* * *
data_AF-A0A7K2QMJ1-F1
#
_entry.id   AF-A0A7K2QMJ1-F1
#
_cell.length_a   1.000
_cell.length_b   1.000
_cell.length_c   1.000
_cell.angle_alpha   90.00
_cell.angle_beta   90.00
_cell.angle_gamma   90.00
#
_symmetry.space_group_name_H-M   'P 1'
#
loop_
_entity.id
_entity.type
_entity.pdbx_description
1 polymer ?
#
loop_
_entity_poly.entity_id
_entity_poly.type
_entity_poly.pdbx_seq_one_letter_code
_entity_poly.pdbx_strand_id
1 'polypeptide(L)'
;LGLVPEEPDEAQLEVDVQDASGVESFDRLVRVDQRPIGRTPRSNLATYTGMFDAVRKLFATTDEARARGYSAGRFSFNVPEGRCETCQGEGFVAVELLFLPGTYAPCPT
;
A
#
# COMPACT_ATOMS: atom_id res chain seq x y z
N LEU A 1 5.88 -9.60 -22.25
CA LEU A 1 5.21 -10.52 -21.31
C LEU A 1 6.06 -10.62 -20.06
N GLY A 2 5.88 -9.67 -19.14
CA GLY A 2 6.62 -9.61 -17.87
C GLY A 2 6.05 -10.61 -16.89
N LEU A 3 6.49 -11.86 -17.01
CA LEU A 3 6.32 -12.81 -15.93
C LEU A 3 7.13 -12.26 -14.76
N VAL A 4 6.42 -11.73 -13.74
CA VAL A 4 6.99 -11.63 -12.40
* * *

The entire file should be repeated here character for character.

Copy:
data_AF-A0A7K2QMJ1-F1
#
_entry.id   AF-A0A7K2QMJ1-F1
#
_cell.length_a   1.000
_cell.length_b   1.000
_cell.length_c   1.000
_cell.angle_alpha   90.00
_cell.angle_beta   90.00
_cell.angle_gamma   90.00
#
_symmetry.space_group_name_H-M   'P 1'
#
loop_
_entity.id
_entity.type
_entity.pdbx_description
1 polymer ?
#
loop_
_entity_poly.entity_id
_entity_poly.type
_entity_poly.pdbx_seq_one_letter_code
_entity_poly.pdbx_strand_id
1 'polypeptide(L)'
;LGLVPEEPDEAQLEVDVQDASGVESFDRLVRVDQRPIGRTPRSNLATYTGMFDAVRKLFATTDEARARGYSAGRFSFNVPEGRCETCQGEGFVAVELLFLPGTYAPCPT
;
A
#
# COMPACT_ATOMS: atom_id res chain seq x y z
N LEU A 1 5.88 -9.60 -22.25
CA LEU A 1 5.21 -10.52 -21.31
C LEU A 1 6.06 -10.62 -20.06
N GLY A 2 5.88 -9.67 -19.14
CA GLY A 2 6.62 -9.61 -17.87
C GLY A 2 6.05 -10.61 -16.89
N LEU A 3 6.49 -11.86 -17.01
CA LEU A 3 6.32 -12.81 -15.93
C LEU A 3 7.13 -12.26 -14.76
N VAL A 4 6.42 -11.73 -13.74
CA VAL A 4 6.99 -11.63 -12.40